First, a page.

DEFINITION OF PEAT
There is yet a globally accepted definition of peat. In soil science, peat is defined as a type of soil composed of vegetal matters that have been soaked underwater and partly decomposed, which have accumulated for some 10,000 years in a wet area where water does not flow smoothly (http://www.soil-net.com/dev/page.cfm?)oginas=anon_casestudies&pageid=casestudies_peat_free).
In Indonesia, there are also many definitions of peat but in general, it is defined as a type of soil formed by an accumulation of organic material which is partly decomposed or decomposed in a water-saturated environment and has a minimal organic depth of 50 cm.
GLOBAL PEAT COVERAGE
There is a total of 400 million hectares of peat in the world as of February 2016, or about three percent of the world’s surface. The world’s tropical peat covers 32 million hectares as of February 2016 or just eight percent of the world peat surface. Southeast Asia has 19.2 million hectares of peatland, as of February 2016, 60 percent of that in Indonesia while Malaysia has 36.5 percent (Source: International Peatland Society / IPS).
PEAT COVERAGE IN INDONESIA
- International Peatland Society estimates that by February 2016 there were 11.5 million hectares of peatland in Indonesia.
- Wetland estimates that in 2016, Indonesia had 18.8 million hectares of peatland or about 10.8 percent of the country’s land surface.me, with the depth of between one to 12 meters and in some place, the peat layers could even reach 20 meters.
- According to the Agricultural Land Resources Research of Development Body and Plant Research Body, Indonesia had 14.9 million hectares of peatland in 2011. Sumatra had 6.4 million hectares or 43 percent, followed by Kalimantan with 4.8 million hectares or 32 percent, and Papua with 3,7 million hectares or 25 percent.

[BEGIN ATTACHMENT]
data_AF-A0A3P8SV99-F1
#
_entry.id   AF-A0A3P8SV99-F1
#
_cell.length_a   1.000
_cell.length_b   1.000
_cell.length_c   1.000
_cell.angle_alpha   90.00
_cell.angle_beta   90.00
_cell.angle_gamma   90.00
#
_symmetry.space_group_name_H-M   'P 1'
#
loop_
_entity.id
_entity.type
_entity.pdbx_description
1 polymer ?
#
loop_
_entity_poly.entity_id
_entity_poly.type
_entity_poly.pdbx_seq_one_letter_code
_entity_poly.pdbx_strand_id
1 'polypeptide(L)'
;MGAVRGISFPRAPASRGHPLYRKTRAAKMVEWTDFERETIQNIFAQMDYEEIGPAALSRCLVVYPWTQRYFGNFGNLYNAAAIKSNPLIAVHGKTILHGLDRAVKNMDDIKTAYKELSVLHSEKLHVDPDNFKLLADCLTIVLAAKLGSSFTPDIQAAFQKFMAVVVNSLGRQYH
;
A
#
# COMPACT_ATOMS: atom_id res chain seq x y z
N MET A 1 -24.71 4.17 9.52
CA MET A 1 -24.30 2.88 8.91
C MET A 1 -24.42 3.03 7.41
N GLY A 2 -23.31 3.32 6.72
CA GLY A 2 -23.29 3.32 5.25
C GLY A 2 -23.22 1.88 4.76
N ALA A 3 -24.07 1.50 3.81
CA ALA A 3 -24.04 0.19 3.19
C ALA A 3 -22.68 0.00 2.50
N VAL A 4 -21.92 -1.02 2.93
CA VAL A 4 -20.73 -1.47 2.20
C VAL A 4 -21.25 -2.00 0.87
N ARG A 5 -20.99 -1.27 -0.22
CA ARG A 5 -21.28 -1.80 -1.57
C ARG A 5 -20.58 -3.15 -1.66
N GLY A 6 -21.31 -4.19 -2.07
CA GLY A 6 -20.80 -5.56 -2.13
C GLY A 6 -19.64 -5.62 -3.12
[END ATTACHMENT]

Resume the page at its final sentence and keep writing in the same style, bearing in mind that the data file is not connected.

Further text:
ECOLOGIC FUNCTIONS OF PEAT
- As a Carbon Store: Peatland stores carbon within all its layers. Even though only about three percent of land in the world is peatland, it stores about 30 to 40 percent of the global carbon stocks (Cifor). Peatland in Indonesia is estimated to store 22.5-43.5 gigatons of carbon, an amount equal to the emission of 17-33 billion private vehicles (Pantau Gambut.)
- As a Water Disperser: Peat has the ability to store water up to 20 times its dry weight. Every cubic meter of peat can hold 850 liters of water so that one hectare of peatland can hold some 88.6 million liters of water (Noor, 2016:113). Its hydrologic role is really important, such as controlling floods during rainy seasons, releasing water reserves during prolonged dry seasons, and assuring clean water supply throughout the year.
- As a Climate Regulator: Because of its high carbon content, peat plays a really important role in safeguarding global climate change. If peatland catch fire, or is degraded, it will release various glasshouse gases (especially CO2, N2O, and CH4) into the atmosphere and thus lead to global climate change. Fires of ground and forests, including on peatland in 2015 is estimated to have release 1.6 gigaton of carbon dioxide equivalent (Pantau Gambut).
- As a Source of Biodiversity: The unique and specific conditions of peatland also means that it has characteristic biodiversity and several varieties cannot be found in other habitats.
- Around 35 mammalian species, 150 avian species and 34 fish species as well as various reptilian species such as the sinyulong crocodile (false gharial), freshwater turtle, monitor lizard, and various insects. (WWF 2009).
- An inventory of tropical peat marsh forests found 45 percent of mammalian and 33 percent of birds tropical pitcher plant identified as being in the list of the International Union for Conservation of Nature (IUCN) under the status of being threatened, prone to extinction or threatened of extinction (https://forestsnews.cifor.org/49510/gambut-di-bawah-kaki-mereka?fnl=id)
- A number of orchids, medicinal plants and insect traps like the tropical pitcher plant, have made peat and mangrove forests their habitat. Peat marsh forests have the richest biodiversity among all peatland and more than one-tenth of plants live in that habitat. Some of these plants are trees, including giant tropical varieties such as Meranti, Ramin and Ulin Wood.
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